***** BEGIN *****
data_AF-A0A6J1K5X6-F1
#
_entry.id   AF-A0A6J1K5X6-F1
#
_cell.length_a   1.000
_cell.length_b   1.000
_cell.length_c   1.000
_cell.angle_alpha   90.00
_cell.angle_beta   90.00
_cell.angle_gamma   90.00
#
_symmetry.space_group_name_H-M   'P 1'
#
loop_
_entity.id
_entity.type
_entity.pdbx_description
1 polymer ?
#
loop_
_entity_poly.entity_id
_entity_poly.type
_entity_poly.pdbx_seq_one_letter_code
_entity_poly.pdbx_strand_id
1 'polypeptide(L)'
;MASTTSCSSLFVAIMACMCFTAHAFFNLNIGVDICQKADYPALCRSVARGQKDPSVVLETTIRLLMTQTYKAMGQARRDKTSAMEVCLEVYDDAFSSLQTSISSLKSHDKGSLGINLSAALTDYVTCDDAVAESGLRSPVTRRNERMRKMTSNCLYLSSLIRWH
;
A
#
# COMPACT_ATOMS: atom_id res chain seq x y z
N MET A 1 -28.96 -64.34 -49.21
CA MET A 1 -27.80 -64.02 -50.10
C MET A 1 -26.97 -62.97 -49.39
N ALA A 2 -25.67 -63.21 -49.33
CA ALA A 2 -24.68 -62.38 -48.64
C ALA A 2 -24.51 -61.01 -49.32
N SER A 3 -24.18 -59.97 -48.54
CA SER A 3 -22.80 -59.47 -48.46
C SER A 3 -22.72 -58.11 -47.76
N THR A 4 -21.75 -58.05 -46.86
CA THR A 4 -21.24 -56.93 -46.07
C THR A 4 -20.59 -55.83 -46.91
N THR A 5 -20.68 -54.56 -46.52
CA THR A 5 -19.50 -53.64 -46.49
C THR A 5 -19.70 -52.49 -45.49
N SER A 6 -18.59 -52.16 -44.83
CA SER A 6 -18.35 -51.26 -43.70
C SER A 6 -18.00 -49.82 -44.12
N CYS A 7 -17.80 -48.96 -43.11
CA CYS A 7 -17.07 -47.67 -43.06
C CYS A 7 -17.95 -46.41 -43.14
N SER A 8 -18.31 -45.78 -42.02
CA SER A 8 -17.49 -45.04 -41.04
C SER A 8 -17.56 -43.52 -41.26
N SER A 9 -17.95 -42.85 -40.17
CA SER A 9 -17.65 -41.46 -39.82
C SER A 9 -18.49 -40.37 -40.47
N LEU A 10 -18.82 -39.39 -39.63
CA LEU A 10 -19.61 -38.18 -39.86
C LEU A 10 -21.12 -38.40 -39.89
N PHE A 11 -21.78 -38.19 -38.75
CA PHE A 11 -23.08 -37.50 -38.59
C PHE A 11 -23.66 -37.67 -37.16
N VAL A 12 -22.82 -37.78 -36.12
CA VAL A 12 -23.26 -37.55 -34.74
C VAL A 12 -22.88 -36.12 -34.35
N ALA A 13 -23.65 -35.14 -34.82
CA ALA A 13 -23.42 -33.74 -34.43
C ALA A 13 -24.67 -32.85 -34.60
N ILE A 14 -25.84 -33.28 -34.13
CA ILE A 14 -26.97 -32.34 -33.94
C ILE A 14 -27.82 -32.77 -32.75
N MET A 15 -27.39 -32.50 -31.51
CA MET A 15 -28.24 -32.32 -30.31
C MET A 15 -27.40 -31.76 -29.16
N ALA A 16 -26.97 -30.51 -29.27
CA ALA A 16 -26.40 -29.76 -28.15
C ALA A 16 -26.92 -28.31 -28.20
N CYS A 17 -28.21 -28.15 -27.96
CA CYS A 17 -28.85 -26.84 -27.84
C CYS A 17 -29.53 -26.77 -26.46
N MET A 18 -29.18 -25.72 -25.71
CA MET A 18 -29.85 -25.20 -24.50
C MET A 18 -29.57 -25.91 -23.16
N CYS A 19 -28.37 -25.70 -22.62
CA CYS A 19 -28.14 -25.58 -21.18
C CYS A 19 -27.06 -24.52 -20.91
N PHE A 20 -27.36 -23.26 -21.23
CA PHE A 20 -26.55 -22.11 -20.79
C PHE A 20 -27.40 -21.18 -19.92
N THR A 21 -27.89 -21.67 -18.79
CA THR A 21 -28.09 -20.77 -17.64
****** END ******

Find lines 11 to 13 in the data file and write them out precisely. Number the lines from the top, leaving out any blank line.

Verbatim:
#
_symmetry.space_group_name_H-M   'P 1'
#